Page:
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admirable afterwards appear believe called cause character Charles common concerning copy cousin death desire Dialogue English expressions fair father favour fear gave give given hand hear honour hope Italy JOHN DRYDEN judgment kind King known Lady learned least letter lines lived Lord lost Lucian Madam Malone manner matter means mentioned mind muse nature never obliged observed occasion once opinion original Page person play pleased poems poet Polybius praise present printed probably published reason received referred rest Roman seems sense sent servant shillings side sonn Steward tell thing thought Tonson town translation true truth verses Virgil whole wife worth write written
199 페이지 - ... of our especial grace, certain knowledge,- and mere motion, have given and granted, and by these presents, for us, our heirs and successors, do...
111 페이지 - I'll tell you, now, what I do. If I am to write familiar things, as sonnets to Armida, and the like, I make use of stew'd prunes only : but, when I have a grand design in hand, I ever take physic, and let blood ; for, when you would have pure swiftness of thought, and fiery flights of fancy, you must have a care of the pensive part.
266 페이지 - JLJ ow long, great poet, shall thy sacred lays Provoke our wonder, and transcend our praise ! Can neither injuries of time, or age, Damp thy poetic heat, and quench thy rage?
135 페이지 - Virgil succeeds in the world beyond its desert or " my expectation. You know the profits might " have been more ; but neither my conscience nor " my honour would suffer me to take them ; but I " never can repent of my constancy, since I am " thoroughly persuaded of the justice of the cause
134 페이지 - Towards the latter end of this month, September, Charles will begin to recover his perfect health, according to his nativity, which, casting it myself, I am sure is true, and all things hitherto have happened accordingly to the very time that I predicted them: I hope at the same time to recover more health, according to my age.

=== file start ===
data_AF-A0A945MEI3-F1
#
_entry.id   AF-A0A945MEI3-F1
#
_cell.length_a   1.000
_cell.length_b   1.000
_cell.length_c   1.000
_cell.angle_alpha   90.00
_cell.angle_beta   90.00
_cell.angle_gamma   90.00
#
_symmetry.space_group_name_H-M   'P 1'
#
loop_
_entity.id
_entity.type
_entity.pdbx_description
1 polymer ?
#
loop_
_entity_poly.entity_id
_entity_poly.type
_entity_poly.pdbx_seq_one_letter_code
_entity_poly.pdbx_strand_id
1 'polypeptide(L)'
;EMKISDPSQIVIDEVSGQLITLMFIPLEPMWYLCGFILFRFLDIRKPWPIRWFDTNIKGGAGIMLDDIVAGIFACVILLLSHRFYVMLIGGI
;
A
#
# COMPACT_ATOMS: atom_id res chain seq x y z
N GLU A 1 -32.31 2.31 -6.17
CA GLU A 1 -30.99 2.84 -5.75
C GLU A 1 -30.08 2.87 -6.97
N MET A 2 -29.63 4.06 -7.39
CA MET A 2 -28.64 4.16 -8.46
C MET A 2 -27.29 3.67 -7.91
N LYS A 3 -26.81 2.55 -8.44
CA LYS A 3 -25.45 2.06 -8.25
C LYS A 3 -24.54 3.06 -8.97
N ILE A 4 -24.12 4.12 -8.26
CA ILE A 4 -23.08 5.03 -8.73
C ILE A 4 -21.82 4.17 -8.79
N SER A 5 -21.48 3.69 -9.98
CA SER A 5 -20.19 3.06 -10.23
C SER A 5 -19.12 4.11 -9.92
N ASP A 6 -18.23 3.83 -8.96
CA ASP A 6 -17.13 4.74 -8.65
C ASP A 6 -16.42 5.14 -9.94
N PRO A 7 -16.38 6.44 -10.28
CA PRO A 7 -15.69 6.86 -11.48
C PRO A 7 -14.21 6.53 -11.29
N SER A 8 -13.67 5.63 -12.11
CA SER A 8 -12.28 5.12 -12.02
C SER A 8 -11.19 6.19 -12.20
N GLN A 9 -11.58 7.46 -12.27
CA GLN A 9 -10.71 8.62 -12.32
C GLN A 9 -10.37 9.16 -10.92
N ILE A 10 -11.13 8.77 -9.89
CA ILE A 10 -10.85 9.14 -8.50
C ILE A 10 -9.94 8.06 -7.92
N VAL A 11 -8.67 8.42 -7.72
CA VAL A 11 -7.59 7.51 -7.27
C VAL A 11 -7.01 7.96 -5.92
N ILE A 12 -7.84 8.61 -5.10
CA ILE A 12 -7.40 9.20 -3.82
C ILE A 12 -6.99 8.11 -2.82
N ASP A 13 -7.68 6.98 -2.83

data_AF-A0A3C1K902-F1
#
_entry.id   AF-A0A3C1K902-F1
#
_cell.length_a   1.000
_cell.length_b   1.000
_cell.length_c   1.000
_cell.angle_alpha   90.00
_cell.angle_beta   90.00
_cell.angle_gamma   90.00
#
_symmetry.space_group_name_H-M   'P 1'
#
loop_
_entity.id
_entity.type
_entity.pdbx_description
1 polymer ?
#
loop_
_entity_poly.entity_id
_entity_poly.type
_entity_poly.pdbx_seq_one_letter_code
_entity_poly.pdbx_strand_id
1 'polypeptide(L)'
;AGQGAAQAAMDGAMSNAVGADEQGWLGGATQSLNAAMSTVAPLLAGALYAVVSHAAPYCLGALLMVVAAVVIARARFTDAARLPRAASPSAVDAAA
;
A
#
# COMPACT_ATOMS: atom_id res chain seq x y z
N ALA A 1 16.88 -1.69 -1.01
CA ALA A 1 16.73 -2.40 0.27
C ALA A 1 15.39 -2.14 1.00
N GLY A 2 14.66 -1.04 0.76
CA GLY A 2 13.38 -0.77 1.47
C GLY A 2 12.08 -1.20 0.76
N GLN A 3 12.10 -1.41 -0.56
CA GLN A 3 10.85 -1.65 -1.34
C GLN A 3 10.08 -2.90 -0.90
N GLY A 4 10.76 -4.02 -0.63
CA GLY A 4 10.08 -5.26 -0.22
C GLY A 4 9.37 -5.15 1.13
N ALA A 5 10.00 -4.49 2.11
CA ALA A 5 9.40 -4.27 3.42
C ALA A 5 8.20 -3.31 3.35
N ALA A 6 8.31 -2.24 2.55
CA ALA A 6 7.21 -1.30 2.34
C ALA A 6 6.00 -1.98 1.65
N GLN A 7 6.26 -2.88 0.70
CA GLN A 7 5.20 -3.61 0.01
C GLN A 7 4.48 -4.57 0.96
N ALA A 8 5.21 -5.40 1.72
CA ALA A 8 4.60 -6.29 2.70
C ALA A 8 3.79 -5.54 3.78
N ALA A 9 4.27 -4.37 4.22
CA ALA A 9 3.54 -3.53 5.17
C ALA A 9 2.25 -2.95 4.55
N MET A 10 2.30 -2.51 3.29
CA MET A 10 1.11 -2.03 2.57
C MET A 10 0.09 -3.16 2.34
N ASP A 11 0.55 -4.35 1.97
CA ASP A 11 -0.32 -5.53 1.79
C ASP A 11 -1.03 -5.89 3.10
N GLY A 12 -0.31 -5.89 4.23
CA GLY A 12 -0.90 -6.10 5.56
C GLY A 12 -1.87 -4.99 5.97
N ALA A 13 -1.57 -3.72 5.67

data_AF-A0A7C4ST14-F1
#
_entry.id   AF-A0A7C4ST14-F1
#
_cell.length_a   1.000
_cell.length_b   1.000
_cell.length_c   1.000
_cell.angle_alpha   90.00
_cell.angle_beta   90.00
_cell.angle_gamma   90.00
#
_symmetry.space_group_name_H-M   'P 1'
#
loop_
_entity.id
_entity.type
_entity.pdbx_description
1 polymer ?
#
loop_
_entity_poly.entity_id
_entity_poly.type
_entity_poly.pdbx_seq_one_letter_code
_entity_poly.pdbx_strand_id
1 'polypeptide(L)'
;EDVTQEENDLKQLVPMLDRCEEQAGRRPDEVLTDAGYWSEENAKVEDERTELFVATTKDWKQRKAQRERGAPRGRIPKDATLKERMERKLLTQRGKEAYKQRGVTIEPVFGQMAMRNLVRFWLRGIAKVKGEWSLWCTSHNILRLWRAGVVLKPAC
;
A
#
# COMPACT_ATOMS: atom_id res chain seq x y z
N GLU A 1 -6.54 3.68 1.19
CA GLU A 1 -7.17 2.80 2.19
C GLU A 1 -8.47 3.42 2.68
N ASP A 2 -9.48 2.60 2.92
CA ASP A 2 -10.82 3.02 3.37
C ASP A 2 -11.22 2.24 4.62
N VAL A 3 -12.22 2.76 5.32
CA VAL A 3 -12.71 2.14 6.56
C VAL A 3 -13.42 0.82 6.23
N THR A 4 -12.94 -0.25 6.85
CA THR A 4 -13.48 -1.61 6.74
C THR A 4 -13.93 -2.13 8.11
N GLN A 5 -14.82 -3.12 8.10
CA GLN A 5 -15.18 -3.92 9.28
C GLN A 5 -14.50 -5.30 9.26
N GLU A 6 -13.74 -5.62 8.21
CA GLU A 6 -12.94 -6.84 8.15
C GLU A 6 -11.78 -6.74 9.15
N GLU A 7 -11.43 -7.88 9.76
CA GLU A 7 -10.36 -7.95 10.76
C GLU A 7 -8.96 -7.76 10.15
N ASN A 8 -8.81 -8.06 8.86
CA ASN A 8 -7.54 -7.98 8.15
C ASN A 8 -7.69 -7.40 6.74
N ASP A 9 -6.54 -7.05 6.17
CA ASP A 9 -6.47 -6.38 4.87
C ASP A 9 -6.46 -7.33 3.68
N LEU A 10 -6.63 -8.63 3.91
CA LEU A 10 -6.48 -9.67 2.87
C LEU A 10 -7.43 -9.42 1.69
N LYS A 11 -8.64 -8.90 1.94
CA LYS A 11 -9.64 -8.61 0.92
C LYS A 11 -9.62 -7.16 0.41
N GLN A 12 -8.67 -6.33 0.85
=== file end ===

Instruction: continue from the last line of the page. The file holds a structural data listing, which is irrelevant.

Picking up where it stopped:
26 페이지 - Gibbon, x' has not been adequate to his merits. From a plebeian origin, he raised himself by his virtue and learning ; the character of the man prevailed over the interest of the pope ; and he sharpened those weapons which were soon pointed against the Roman Church.
126 페이지 - Upon triall I find all of your trade are sharpers, and you not more than others ; therefore I have not wholly left you.
266 페이지 - Grief chill'd his breast, and check'd his rising thought; Pensive and sad, his drooping Muse betrays The Roman genius in its last decays. Prevailing warmth has still thy mind possest, And second youth is kindled in thy breast ; Thou mak'st the beauties of the Romans known, And England boasts of riches not her own; Thy lines have heighten'd Virgil's majesty, And Horace wonders at himself in thee.
148 페이지 - ... drudging on ; always a poet, and never a good one. I pass my time sometimes with Ovid, and sometimes with our old English poet Chaucer; translating such stories as best please my fancy ; and intend, besides them, to add somewhat of my own ; so that it is not impossible, but ere the summer be passed, I may come down to you with a volume in my hand, like a dog out of the water, with a duc,k in his mouth.